Monday, December 22, 2008

History - Hitler’s Jewish Prophet

R' Avraham Broide

By writer/editor/illustrator

Hitler and his Nazi henchmen were great believers in astrology. Such as when U.S.A. President, Franklin Roosevelt, passed away towards the end of WW2, on April 5705/1945. Upon hearing the news, Nazi Propaganda Minister, Josef Goebbels, yelled out, “Bring out the best champagne! ...It is written in the stars that the second half of April will be the turning point for us. This is Friday, April the 13th. It is the turning point!” Needless to say, he was wrong.

Early in the Nazi career, the Nazi craze for fortune-telling brought about one of the strangest symbiotic relationships in human history. During the 20's, Herschman-Chaim Steinschneider, had built up a career as a skilled magician and clairvoyant, covering his Jewish tracks by naming himself Hanussen. Suddenly, he reached the climax of his career by becoming one of Hitler's closest confidants.

This happened during March 5692/1932, when Hitler’s political future seemed doomed. The Nazis had lost seats in the Reichstag and their coffers were drained. Then Hanussen predicted that Nazi victory was just around the corner. Hitler would become Reichschancellor within the year. When Hanussen printed his startling “prophecy” in his weekly newspaper, the “Berliner Woshenschau,” Hitler became so excited that he invited the famous clairvoyant to meet privately with him at his headquarters in the Kaiserhof Hotel.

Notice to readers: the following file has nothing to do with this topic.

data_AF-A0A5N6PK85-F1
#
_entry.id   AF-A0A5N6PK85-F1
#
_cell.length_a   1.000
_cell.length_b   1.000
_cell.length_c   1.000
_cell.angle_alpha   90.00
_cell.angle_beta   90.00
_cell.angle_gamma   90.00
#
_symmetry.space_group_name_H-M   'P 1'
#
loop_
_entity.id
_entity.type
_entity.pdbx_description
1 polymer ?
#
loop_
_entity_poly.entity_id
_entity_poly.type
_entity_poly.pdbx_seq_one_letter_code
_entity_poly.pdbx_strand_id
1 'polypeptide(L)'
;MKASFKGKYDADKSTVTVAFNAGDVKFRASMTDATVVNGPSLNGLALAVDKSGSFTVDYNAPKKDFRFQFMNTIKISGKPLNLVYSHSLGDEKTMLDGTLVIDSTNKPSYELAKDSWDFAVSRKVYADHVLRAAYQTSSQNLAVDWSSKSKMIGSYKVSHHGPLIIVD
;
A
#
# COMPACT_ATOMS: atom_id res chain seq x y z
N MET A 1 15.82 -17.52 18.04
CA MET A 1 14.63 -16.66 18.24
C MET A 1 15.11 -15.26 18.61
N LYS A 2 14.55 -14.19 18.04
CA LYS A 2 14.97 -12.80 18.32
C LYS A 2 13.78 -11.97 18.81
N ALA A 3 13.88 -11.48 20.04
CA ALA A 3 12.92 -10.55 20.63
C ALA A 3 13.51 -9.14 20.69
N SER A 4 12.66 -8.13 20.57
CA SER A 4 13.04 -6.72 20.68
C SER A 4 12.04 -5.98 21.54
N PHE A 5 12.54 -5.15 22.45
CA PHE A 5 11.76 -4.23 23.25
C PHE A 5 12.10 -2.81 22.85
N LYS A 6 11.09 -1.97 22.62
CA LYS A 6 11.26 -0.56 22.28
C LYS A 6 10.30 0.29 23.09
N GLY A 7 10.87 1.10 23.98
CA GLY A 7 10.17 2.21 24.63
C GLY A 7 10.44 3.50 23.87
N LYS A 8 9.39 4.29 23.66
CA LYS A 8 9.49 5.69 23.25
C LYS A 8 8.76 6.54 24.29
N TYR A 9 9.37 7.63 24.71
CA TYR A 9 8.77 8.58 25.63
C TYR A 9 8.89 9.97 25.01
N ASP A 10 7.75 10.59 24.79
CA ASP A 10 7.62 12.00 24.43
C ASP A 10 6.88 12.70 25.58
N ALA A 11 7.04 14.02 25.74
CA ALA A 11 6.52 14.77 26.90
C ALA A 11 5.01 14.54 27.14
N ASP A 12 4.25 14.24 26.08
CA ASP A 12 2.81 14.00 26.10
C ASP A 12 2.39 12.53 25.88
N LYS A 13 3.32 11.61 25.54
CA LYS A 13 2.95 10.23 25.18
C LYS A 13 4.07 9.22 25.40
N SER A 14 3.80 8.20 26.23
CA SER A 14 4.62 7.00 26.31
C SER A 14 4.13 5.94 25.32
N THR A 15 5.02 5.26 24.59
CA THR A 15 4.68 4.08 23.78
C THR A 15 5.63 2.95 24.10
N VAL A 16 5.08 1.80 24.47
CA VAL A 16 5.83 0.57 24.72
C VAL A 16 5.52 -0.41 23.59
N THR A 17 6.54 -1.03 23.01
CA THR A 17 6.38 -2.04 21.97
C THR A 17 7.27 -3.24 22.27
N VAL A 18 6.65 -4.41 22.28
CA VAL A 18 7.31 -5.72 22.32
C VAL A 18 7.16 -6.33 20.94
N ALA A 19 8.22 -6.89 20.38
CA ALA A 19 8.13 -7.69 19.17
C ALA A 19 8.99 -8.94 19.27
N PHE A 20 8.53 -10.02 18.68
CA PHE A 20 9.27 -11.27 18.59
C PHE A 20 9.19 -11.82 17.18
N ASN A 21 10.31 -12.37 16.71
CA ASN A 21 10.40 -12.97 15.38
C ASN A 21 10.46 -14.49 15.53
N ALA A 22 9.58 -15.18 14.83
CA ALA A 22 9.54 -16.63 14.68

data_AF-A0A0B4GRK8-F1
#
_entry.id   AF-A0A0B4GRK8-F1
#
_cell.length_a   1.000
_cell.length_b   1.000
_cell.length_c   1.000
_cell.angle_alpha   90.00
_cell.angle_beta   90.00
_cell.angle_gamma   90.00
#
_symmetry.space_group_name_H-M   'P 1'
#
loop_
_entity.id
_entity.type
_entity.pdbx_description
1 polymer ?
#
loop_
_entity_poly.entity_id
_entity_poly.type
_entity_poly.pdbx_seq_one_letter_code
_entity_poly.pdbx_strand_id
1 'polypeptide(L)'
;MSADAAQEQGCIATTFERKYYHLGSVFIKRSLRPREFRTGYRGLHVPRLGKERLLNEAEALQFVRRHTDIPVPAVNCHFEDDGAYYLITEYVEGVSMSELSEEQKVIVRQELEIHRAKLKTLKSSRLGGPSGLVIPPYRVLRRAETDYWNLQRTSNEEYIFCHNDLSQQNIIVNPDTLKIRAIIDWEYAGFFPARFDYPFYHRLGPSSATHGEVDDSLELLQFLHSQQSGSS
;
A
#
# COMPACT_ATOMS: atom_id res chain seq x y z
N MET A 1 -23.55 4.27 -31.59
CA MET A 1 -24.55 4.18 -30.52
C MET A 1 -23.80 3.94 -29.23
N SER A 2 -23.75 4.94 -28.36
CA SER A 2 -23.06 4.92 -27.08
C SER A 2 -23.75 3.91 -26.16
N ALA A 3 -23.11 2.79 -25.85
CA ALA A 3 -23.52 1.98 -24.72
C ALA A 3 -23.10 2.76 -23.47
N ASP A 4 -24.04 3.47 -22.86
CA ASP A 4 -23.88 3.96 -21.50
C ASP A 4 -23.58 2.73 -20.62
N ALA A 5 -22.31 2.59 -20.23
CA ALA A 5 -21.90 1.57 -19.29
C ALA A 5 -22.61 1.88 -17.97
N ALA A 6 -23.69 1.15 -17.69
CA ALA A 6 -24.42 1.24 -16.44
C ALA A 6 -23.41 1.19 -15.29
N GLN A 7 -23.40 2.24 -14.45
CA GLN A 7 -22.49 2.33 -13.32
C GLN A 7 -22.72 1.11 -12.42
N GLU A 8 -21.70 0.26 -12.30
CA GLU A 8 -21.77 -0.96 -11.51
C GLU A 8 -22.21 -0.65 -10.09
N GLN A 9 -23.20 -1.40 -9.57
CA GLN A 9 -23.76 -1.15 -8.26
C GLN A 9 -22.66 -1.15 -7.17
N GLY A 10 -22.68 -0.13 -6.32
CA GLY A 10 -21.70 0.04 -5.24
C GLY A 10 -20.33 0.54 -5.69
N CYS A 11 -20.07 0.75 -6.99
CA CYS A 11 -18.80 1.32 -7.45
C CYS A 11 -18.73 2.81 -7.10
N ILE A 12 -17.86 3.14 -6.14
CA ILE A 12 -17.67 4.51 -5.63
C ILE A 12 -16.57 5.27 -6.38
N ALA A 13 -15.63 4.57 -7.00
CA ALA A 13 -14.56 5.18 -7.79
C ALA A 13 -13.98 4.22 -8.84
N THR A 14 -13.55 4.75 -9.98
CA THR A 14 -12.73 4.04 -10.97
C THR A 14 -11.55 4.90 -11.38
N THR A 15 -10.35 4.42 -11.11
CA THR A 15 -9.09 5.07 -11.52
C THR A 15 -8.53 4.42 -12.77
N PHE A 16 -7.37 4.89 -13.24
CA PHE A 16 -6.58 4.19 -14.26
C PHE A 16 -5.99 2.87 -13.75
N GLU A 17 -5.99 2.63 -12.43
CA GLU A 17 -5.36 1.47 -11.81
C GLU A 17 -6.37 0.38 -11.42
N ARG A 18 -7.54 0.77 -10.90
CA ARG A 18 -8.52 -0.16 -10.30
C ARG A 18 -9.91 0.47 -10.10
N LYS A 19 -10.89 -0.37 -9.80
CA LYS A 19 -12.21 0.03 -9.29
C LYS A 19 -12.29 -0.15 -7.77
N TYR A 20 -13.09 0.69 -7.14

Hanussen met Hitler about a dozen times that year and became his favorite “hellseher” (clairvoyant). Hanussen used the Nazi power to raise his prestige and fame, while Nazi leaders used him as an endless source of private loans. He informed a fellow clairvoyant that his aim was to eventually convince Hitler that not all Jews were that bad.

On February 26, 5693/1933, Hanussen was displaying his fortune telling skills in front of a crowd including Nazi officials and VIPs, when he suddenly leapt to his feet and began screaming that he “saw a great house burning.” Not long afterwards, the Reichstag (German parliament) went up on in smoke. It is highly suspected that the Nazis had started the fire in order to declare a state of emergency and seize extraordinary powers.

Perhaps the Nazis resented Hanussen’s leaking of their secret plans. For one reason or another he was doomed, penning a note in invisible ink to a colleague, “"I always thought that business about the Jews was just an election trick of theirs. It wasn't." On the morning of March 25, 5693/1933, a car stopped next to him and he was ordered to get in. That was the last time anyone saw Hanussen alive. The Nazis seized his assets, IOUs recording debts of over 150,000 marks mysteriously disappeared, and Hanussen is remembered as one of Nazi Germany's first Jewish victims.

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